Therefore, Master Glasscock dismissed the property claim element of this lawsuit. As for the nuisance claims, however, the case is still alive:
If I had to guess, however, I would think that those not very neighborly elements of the Plaintiffs' claims will not be sufficient to meet their goals.
I'd be okay with that.
November 28, 2009
I took advantage of the day off on Friday to finally finish a book I'd been slogging through for the last few months, and which will have an honored place on the Mr. Happy Collection bookshelf.
Jared Diamond's Collapse: How Societies Choose to Fail or Succeed is the second of his books I have read, and it was more interesting from an immediate perspective than his prior work, Guns, Germs, and Steel.
"Collapse" outlines the history of several failed civilizations, including the Maya, Easter Islander, and the Norse Greenland colony. It then draws several potential lessons for today from those eventually bitter experiences.
I might quibble about some of what he argues about how a civilization can cause itself significant troubles, but the following passage seemed remarkably apropos of the current discussion over health care reform:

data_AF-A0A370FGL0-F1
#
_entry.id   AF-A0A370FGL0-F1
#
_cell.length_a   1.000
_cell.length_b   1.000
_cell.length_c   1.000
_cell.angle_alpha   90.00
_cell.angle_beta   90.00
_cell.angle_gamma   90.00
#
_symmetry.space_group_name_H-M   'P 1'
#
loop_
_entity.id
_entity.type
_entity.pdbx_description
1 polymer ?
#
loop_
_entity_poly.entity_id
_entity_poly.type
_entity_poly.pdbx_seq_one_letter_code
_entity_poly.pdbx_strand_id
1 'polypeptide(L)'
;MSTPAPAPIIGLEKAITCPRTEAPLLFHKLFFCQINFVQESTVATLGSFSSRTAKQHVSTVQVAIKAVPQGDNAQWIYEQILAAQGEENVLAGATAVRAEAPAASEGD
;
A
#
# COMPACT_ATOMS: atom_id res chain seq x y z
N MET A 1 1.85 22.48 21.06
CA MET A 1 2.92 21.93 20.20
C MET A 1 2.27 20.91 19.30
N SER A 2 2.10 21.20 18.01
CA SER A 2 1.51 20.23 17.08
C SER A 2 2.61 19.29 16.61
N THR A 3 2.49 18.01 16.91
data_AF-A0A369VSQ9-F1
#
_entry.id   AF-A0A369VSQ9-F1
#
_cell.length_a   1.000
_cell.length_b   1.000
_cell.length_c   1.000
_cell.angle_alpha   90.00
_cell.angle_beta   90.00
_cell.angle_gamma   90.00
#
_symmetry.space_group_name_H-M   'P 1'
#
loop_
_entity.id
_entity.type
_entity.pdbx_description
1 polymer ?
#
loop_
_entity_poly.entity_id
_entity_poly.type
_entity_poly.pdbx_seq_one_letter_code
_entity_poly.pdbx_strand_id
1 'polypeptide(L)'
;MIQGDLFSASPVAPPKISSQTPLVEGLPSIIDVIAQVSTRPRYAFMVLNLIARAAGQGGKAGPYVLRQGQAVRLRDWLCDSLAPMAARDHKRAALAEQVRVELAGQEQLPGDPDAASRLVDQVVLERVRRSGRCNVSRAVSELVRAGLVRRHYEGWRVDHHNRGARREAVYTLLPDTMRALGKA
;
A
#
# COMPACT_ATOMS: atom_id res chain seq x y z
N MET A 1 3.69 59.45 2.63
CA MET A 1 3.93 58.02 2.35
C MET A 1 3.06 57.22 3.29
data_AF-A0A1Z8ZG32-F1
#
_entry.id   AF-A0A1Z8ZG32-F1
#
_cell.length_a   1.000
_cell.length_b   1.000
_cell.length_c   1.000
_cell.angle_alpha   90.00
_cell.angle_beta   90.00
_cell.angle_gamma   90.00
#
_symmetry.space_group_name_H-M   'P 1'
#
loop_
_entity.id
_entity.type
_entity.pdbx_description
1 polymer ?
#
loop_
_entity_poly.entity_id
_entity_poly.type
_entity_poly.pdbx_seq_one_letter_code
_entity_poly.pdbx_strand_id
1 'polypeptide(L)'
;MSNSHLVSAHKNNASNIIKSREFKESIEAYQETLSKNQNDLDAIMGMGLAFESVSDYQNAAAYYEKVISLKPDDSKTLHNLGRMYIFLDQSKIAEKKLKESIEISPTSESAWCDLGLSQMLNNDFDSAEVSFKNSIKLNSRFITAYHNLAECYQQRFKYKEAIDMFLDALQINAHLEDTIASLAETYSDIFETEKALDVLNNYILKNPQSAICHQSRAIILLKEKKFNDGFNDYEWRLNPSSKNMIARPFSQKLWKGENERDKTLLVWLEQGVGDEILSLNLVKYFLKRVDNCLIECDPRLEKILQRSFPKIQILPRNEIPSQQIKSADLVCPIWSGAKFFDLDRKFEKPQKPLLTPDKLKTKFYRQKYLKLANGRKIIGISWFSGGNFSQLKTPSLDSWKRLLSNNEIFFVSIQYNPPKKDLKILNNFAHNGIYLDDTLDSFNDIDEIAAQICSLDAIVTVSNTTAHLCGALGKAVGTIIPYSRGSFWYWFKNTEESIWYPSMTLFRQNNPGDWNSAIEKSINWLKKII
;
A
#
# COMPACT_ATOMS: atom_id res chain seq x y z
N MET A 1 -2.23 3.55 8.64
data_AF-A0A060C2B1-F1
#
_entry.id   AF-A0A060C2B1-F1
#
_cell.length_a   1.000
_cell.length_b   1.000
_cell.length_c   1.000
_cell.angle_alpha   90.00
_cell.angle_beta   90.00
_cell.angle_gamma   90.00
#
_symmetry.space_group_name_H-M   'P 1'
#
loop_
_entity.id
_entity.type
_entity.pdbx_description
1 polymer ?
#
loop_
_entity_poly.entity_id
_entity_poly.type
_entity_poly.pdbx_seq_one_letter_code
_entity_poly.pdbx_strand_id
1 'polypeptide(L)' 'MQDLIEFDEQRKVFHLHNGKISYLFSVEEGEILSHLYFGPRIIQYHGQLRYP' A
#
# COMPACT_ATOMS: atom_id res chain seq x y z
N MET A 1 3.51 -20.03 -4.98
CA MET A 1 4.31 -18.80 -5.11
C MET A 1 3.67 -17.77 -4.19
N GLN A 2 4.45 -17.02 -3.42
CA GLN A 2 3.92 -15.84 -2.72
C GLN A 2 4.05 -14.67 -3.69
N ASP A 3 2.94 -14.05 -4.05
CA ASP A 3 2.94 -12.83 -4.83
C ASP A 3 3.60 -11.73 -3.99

This risk of committing the sin of exclusion was not lost on James Madison, who wrote this passage about the House of Representatives while arguing for the adoption of the Constitution, in Federalist No. 57:
I put in bold the part of this excerpt that should be kept foremost in mind in thinking about health care reform, or any other massive Federal attempts at change.
Vigilance by the governed is the best possible source
of protection from those doing the governing.
Revamping the home office has been on our schedule of fun things to do for a long while.
It was tops on the list, in fact, except for everything else we could think of doing instead.
Nonetheless, late this summer and early fall, we began the tortuous process of moving hundreds of books, recycling a few reams of no-longer-needed papers, going to furniture stores, and debating the merits of paint chips with names like Romance, or Stone 2.